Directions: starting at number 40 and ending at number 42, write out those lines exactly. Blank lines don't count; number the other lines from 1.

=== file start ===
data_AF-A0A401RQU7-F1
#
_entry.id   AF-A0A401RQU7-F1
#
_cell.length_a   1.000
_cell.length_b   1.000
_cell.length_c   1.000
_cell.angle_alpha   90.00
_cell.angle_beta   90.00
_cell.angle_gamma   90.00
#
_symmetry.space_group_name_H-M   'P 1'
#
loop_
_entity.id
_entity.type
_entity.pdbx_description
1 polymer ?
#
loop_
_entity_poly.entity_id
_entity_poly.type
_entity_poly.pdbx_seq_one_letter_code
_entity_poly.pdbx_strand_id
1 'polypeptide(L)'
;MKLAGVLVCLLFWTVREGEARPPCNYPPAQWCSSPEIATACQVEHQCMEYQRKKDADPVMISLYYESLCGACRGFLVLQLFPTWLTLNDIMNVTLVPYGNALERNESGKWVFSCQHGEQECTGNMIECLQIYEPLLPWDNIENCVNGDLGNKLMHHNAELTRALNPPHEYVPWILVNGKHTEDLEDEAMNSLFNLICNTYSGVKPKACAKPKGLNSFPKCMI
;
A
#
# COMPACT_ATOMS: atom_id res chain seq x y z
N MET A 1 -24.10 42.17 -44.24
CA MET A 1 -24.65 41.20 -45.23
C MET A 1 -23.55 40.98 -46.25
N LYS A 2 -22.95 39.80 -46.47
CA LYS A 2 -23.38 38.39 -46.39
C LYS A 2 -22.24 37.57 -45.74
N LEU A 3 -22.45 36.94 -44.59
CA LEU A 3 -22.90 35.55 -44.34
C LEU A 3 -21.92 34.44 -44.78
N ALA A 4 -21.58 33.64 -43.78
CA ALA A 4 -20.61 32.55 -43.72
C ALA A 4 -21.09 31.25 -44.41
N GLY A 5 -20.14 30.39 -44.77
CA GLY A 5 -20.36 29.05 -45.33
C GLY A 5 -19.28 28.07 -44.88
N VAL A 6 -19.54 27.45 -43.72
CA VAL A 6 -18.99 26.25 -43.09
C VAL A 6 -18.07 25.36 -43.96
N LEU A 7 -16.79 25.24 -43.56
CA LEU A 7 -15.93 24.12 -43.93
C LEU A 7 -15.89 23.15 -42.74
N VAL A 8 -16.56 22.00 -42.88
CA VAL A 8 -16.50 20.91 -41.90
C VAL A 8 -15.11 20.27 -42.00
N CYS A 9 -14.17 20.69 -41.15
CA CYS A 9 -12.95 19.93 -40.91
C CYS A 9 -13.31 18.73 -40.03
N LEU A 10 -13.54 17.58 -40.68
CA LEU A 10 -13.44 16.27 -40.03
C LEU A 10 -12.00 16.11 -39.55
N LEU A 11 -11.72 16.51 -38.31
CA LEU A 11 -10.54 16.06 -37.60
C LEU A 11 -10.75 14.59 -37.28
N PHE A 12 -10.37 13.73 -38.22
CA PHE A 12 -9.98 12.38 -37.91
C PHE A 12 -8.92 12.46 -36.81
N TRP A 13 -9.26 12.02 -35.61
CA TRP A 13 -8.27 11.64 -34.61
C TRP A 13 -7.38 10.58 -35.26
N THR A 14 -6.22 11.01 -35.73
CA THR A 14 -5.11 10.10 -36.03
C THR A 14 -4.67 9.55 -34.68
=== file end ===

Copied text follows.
N ALA A 4 -21.58 33.64 -43.78
CA ALA A 4 -20.61 32.55 -43.72
C ALA A 4 -21.09 31.25 -44.41